Cain
v.
Davis

Court of Appeal of California, First District, Division TwoDec 7, 1921
55 Cal. App. 565 (Cal. Ct. App. 1921)
55 Cal. App. 565203 P. 807

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Civ. No. 4023.

December 7, 1921.

APPEAL from a judgment of the Superior Court of Sonoma County. Thomas C. Denny, Judge. Affirmed.

The facts are stated in the opinion of the court.

Stanley Moore and Thomas J. Geary for Appellant.

R. M. Barrett for Respondent.


The plaintiff commenced an action against the defendant to recover damages which he sustained by reason of being hit by one of the defendant's trains. The defendant answered and a trial was had in the trial court by the court sitting with a jury. The jury returned a verdict in favor of the plaintiff, and the defendant has appealed from the judgment, bringing up the judgment-roll and a bill of exceptions. [1] On this appeal the defendant contends that the evidence showed that the plaintiff was at the time of the accident, as a matter of law, guilty of contributory negligence, and that the judgment should be reversed. The accident occurred at the crossing of College Avenue and the defendant's right of way in the city of Santa Rosa. The plaintiff was at the time of the accident on his way to his residence, and was entirely familiar with the route he was traveling, including the dangers, the signals, and the topographical conditions. College Avenue intersects the defendant's right of way at an angle of about forty-five degrees therewith. Buildings, fences, and trees on the plaintiff's left greatly obscured, if they did not wholly obscure, the plaintiff's view of the defendant's right of way. On plaintiff's right, and approximately on the eastern line of the defendant's right of way, the defendant had maintained a signal device which consisted of an arm attached to a standing pole, capable of being dropped to a position at right angles to the pole supporting it, and which arm was lettered "Stop." As a part of this apparatus there was attached a wigwag. The apparatus was so constructed that when a train was approaching the crossing the arm could be dropped to a position horizontal with the road and the wigwag could be set in motion and kept in motion until the train had passed by. At the point of crossing there are three tracks, a side-track, the main-track, and then another side-track. When the plaintiff had driven his automobile to the railroad premises, another automobile was at a standstill in College Avenue and a freight train was moving to the south over the intersecting ways. The plaintiff stopped his car sixty-five feet east of the first track The freight train passed down the track until the end of the last car, a caboose, was, according to some of the testimony, near the center line of College Avenue. As the freight train came to a standstill the engine was making considerable noise discharging steam. The children riding with the plaintiff were making more or less noise talking among themselves. The plaintiff caused the children to be quiet that he might listen for the sound of trains. He listened for moving trains and heard no such sound. He looked to the right and looked to the left, and could see no approaching train, and, indeed, on the south he could see nothing because of the obstructions. When the freight train had come to a stop the automobile in front started up and moved rapidly across the tracks. Before the plaintiff proceeded he looked at the wigwag signal and it was still. He looked to his right and the way was clear. He looked to his left, his view was obstructed and he could see nothing; and he did not see anything till he passed the corner of the caboose and then he saw the passenger train twenty feet away. No bell was rung and no whistle was blown by a train approaching from the south. The plaintiff thereupon proceeded and when he got on to the main-track the collision occurred. The defendant claims that these facts, as a matter of law, constituted contributory negligence on the part of the plaintiff. To support his contention he cites Young v. Southern Pac. Co., 182 Cal. 369 [ 190 P. 36], and earlier decisions of that court. Of all of those cases it may be truly said that the facts were somewhat similar to those in the case at bar. But they were by no means identical. The appellant would have us disregard the nonaction of the wigwag in considering the question of contributory negligence of the plaintiff. ( Headley v. Denver R. G. Co., 60 Colo. 500 [154 P. 731]; Jacobs v. Atchison, T. S. F. Ry. Co., 97 Kan. 247 [Ann. Cas. 1918D, 384, L. R. A. 1916D, 783, 154 P. 1023].) Those cases are to the effect that the nonaction of the electrical device is to be classed with the failure to ring a locomotive bell and the failure to blow a locomotive whistle. They are to the effect that the nonaction of such a device would not excuse such a person as this plaintiff from performing the duty to stop, look, and listen when he is about to cross the track of a steam railroad. However, an examination of the testimony above quoted will show at once that the record in this case does not show that the plaintiff neglected to perform that duty. [2] The plaintiff was called upon to exercise ordinary care and not the utmost care, and it is only where no fact is left in doubt, and no deduction other than negligence can be drawn by the jury from the evidence, that the court can say, as a matter of law, that contributory negligence is established. ( Zibbell v. Southern Pac. Co., 160 Cal. 237, 241 [ 116 P. 513].) We think that under the facts shown by the record in this case we are not at liberty to say the plaintiff was guilty of contributory negligence.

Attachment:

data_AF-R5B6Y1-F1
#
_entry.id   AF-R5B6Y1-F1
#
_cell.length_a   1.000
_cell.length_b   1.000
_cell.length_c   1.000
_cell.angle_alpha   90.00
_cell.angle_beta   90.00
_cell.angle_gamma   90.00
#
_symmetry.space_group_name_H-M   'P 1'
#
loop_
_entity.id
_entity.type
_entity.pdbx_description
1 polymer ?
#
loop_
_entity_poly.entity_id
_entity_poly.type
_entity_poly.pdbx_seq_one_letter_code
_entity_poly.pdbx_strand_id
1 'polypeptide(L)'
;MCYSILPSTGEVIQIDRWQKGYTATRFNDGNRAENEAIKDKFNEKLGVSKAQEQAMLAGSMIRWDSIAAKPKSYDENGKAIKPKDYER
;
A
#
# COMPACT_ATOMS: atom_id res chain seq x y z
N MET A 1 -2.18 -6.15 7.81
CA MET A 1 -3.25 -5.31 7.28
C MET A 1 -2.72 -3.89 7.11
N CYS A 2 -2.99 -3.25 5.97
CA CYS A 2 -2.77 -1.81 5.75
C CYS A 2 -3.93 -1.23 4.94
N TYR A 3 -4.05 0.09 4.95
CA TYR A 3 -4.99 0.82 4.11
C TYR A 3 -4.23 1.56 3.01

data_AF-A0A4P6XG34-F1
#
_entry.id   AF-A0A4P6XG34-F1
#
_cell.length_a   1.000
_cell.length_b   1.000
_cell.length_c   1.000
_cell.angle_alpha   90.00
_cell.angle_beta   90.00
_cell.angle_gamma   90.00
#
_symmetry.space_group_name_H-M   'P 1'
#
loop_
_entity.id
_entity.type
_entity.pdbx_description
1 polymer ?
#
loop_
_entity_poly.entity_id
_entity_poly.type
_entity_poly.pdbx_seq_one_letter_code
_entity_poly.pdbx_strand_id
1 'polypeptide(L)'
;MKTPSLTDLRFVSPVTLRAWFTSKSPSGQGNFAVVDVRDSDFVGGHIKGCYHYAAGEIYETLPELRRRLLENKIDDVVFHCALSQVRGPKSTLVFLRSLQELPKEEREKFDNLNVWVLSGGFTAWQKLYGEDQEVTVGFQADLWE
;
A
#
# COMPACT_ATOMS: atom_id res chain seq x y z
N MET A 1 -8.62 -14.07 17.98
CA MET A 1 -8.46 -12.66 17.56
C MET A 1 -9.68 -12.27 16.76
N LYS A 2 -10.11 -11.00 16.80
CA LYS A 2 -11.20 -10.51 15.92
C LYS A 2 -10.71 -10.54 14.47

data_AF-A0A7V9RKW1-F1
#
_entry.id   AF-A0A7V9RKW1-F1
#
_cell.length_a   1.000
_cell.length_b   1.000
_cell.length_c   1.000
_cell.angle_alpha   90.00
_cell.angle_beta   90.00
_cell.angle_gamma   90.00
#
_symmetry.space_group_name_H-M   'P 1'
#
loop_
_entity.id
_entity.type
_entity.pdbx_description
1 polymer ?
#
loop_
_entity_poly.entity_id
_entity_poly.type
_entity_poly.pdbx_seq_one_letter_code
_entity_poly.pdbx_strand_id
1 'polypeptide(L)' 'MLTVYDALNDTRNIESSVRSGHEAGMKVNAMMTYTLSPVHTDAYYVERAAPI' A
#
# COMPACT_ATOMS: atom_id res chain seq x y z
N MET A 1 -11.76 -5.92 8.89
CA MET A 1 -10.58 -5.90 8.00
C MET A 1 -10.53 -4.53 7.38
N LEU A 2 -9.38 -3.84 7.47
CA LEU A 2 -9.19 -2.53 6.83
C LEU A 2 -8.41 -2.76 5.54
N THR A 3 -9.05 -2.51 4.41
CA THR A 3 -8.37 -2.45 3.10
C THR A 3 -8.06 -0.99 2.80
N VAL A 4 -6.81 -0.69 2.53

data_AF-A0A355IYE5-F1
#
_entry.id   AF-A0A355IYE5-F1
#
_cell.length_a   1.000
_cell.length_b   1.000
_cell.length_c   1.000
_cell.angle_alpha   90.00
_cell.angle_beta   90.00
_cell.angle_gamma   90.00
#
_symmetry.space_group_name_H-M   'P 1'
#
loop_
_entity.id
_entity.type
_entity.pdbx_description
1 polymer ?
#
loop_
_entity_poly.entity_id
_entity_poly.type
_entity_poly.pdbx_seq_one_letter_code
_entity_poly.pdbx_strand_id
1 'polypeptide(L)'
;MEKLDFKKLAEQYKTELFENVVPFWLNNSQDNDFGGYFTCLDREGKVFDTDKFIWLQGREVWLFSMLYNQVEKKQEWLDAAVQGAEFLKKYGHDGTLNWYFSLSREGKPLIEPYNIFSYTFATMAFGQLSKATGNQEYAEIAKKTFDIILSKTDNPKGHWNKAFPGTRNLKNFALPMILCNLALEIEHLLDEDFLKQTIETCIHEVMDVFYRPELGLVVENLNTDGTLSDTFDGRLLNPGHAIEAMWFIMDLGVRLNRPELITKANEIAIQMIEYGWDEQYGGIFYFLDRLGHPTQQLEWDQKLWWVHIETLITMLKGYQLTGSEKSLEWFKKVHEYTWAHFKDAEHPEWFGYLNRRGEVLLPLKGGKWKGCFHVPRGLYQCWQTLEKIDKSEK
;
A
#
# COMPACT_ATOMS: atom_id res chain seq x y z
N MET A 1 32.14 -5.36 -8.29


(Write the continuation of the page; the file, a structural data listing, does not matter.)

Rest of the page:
The judgment is affirmed.

Langdon, P. J., and Nourse, J., concurred.

A petition to have the cause heard in the supreme court, after judgment in the district court of appeal, was denied by the supreme court on February 2, 1922.

All the Justices concurred.